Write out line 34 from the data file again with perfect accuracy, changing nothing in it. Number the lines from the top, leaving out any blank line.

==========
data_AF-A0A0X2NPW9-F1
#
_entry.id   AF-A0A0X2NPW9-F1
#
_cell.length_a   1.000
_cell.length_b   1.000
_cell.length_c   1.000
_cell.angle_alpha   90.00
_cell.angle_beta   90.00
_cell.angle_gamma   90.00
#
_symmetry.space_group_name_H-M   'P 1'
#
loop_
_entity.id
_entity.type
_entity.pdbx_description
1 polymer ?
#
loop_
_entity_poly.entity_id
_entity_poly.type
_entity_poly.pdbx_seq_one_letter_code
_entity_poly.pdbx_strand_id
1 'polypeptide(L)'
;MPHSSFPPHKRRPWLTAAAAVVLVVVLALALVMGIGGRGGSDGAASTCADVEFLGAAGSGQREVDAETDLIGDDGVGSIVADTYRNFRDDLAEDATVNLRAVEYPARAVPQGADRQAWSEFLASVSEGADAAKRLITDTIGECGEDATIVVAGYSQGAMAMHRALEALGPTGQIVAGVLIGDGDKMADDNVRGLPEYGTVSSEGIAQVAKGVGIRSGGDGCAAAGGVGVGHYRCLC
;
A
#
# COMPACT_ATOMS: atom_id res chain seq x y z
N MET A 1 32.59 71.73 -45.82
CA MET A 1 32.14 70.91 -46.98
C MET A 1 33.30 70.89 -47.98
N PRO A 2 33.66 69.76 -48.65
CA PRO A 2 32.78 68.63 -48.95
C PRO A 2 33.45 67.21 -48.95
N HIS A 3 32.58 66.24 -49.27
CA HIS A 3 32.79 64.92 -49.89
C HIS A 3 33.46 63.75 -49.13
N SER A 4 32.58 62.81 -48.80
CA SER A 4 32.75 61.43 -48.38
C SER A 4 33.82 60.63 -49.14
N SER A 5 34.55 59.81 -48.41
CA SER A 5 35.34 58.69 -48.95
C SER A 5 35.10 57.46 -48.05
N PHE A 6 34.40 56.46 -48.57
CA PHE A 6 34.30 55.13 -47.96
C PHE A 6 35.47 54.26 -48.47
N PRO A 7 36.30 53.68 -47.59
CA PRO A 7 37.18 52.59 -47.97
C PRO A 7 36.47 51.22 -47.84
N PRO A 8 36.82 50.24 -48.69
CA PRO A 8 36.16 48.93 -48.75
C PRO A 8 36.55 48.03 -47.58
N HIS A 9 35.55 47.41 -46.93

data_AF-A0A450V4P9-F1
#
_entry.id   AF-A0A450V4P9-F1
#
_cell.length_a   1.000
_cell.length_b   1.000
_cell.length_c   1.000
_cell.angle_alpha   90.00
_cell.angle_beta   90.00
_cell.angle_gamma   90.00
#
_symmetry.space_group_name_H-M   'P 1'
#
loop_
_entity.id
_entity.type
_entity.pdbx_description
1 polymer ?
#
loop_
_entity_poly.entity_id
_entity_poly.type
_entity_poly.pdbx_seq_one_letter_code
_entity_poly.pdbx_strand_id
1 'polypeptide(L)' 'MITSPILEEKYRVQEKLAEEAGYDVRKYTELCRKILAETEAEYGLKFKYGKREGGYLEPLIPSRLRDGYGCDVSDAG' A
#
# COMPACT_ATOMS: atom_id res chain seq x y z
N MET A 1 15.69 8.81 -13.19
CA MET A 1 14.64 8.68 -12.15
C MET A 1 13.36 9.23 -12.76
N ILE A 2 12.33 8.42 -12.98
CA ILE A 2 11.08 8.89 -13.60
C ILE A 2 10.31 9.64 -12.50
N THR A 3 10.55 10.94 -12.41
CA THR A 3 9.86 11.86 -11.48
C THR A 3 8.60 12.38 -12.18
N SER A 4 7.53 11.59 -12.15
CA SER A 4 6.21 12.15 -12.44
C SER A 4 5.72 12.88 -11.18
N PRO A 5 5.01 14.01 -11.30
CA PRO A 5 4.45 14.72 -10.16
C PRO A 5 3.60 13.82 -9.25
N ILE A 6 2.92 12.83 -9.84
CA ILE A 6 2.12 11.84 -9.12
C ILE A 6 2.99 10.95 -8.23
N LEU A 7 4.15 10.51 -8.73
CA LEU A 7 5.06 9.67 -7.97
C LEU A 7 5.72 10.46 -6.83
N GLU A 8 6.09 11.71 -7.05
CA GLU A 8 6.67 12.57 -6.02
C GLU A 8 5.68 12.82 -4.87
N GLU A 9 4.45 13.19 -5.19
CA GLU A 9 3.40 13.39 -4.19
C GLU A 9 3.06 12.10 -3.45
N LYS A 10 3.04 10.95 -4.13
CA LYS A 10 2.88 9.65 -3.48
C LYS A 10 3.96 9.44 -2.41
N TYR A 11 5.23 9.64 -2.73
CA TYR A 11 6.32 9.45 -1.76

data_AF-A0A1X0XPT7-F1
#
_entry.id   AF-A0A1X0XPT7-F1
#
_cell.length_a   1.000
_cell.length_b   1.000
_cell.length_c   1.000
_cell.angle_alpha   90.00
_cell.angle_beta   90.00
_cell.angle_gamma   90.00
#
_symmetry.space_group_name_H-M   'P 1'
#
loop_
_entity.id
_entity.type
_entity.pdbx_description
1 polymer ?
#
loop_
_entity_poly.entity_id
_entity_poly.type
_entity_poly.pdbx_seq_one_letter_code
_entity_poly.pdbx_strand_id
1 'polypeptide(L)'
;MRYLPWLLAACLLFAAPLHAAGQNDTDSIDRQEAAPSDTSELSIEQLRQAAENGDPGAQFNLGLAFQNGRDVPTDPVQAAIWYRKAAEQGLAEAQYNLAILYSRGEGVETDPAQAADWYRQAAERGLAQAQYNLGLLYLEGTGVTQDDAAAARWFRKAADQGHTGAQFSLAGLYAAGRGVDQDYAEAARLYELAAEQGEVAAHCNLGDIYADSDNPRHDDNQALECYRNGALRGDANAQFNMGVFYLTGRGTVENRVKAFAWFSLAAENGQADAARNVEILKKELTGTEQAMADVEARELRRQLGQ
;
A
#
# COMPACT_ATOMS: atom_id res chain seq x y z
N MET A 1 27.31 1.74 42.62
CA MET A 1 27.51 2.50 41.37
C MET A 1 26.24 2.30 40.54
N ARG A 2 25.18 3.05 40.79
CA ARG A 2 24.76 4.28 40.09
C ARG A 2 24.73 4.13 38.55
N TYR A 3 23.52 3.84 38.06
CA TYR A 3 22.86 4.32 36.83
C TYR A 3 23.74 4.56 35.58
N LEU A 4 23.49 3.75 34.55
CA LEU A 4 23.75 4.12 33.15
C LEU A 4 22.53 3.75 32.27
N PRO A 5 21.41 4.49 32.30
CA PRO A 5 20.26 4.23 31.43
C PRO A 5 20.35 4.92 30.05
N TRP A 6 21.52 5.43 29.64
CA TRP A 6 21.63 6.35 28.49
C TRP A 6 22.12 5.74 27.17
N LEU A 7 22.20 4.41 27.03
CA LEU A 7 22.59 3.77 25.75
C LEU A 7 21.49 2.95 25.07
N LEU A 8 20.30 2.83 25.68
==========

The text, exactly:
N PRO A 2 33.66 69.76 -48.65